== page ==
Fujifilm FinePix SL1000 Review

March 5, 2013 | Matt Grayson |

Image Quality

All of the sample images in this review were taken using the 16 megapixel Finel JPEG setting, which gives an average image size of around 6Mb.


Low noise image quality is very good – although that's to be expected. Blacks are black, with no colour invasion, smooth surfaces are smooth and edges are sharp. Being really picky (and we think we're allowed to be), there is what looks like a little colour starting to creep in at ISO 200 when viewed under scrutiny at full magnification. The best way to check instances such as this is by nudging the sensitivity up a setting to see if the problem exacerbates. Sure enough, the reddish colouring we notice at ISO 200 is more prevalent at ISO 400. Interestingly, mid-tones and highlights aren't affected by the increase in ISO with edges remaining sharp. Green colouring starts to affect the image at ISO 800, but we certainly expect it to by now, especially with a small sensor. Mid-tones are also becoming affected at this stage.

Noise reduction software becomes noticeable at ISO 1600 as the image starts to get smoothed out in a bid to eradicate coloured pixels. Bright colours are also more subdued showing that the software is working. At these high settings, colours in the pictures are a casualty of the war against noise. Noise gets steadily worse and by ISO 6400, the colour invasion is so bad that the camera knocks the resolution down to try and obviate the issues a bit. Even despite these problems, Fujifilm still put an extra setting on the camera, so if you feel that you need to use ISO 12800, it's there. Of course, with flash technology the way it is these days, you'll find that you can drop the ISO down to something more reasonable, use the pop-up flash or an external unit and get nicely balanced exposures.

ISO 64 (100% Crop)

ISO 100 (100% Crop)


ISO 200 (100% Crop)

ISO 400 (100% Crop)


ISO 800 (100% Crop)

ISO 1600 (100% Crop)


ISO 3200 (100% Crop)

ISO 6400 (100% Crop)


ISO 12800 (100% Crop)


Focal Range

The 50x optical zoom range on the SFujifilm FinePix SL1000 is simply astonishing. It's equal to a 35mm range of 24mm to 1200mm. Wide-angle does produce some barrel distortion, but it's not bad. Compression at full zoom is surprisingly low. We found backgrounds weren't thrown out of focus as much as we expected. The image stabiliser works very well but, of course, it's not going to be brilliant. However, putting the camera onto auto ISO and being more relaxed about noise invasion, the camera will still produce frozen images.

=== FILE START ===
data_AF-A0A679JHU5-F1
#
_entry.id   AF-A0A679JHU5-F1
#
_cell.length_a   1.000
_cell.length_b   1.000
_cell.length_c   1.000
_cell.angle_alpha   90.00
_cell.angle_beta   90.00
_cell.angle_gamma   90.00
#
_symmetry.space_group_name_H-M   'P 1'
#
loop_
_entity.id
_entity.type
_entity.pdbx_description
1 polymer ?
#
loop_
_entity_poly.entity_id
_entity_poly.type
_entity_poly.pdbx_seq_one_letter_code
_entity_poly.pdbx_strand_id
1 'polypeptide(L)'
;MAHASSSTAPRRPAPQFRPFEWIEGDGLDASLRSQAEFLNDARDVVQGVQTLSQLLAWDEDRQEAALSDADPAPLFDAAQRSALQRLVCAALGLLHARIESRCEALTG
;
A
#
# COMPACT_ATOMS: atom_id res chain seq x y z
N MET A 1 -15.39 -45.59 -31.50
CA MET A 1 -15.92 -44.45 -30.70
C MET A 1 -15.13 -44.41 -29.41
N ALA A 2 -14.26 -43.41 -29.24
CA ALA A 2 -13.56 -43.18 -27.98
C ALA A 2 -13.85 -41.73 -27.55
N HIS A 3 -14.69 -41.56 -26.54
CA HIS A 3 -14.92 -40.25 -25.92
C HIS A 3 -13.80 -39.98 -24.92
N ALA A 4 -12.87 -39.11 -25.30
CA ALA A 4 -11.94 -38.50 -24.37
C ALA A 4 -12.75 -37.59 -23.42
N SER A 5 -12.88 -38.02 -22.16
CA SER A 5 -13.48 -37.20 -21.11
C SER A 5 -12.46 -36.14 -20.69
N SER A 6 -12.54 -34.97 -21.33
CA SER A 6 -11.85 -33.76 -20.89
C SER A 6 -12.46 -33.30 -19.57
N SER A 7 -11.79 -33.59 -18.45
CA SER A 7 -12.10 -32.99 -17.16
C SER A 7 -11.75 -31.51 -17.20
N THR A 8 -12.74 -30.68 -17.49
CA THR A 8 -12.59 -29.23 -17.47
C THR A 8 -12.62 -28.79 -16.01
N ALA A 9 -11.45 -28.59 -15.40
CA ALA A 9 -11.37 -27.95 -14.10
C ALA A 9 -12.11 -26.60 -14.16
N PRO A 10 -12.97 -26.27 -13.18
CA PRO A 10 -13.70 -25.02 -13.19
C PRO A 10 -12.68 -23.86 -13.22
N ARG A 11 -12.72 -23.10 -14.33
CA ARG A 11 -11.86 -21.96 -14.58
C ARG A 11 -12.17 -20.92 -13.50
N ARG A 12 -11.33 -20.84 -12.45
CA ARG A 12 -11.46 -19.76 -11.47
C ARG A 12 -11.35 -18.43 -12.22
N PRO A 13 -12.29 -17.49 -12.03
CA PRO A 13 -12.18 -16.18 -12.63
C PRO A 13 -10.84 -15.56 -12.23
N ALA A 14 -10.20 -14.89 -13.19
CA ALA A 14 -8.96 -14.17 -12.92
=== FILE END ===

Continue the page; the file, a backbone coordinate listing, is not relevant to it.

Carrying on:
We decided that increasing the sharpness in an editing suite on images taken with the Fujifilm FinePix SL1000 didn't improve them enough to warrant taking the time to do it. We think that the pictures are sharp enough.

Original (100% Crop)

Sharpened (100% Crop)


File Quality

The Fujifilm FinePix SL1000 has 2 different image quality settings available, with Fine being the highest quality option. Here are some 100% crops which show the quality of the various options.

Fine (5.46Mb)

Normal (3.35Mb)

Chromatic Aberrations

Chromatic aberration is present on pictures from the Fujifilm FinePix SL1000. Although mainly at the far edges of the frame, if you have hard enough contrast, it can be found in any area of the picture.

Chromatic Aberrations 1 (100% Crop)

Chromatic Aberrations 2 (100% Crop)


Chromatic Aberrations 3 (100% Crop)

Chromatic Aberrations 4 (100% Crop)


The Fujifilm FinePix SL1000 has two macro modes. The standard macro can focus as close as 7cm at wide-angle and 3.5m at full zoom. Go into supermacro and you can close into 1cm. However, the zoom is disabled in this mode.


Macro (100% Crop)


Super Macro

Super Macro (100% Crop)


The Fujifilm FinePix SL1000 suffers from slight vignetting whether the flash is used or not. This means that although the vignetting doesn't improve, it doesn't get worse either.

Flash Off - Wide Angle (24mm)

Flash On - Wide Angle (24mm)

ISO 64 ISO 64

Flash Off - Wide Angle (1200mm)

Flash On - Wide Angle (1200mm)

ISO 64 ISO 64

Due to the high location of the pop-up flash, red-eye isn't a problem on the camera, so using red-eye reduction or the post production in-camera red-eye removal isn't necessary. It's nice to know it's there, though, just in case.

Flash On

Flash On (100% Crop)

Red Eye Reduction

Red Eye Reduction (100% Crop)


The night shot in Night scene mode used a slightly higher ISO 400 in our test which created a slightly lighter image and a faster shutter speed. However, both images are well exposed, have lots of detail and are in focus.

Night Scene

Night Scene (100% Crop)


Night Program

Night Program (100% Crop)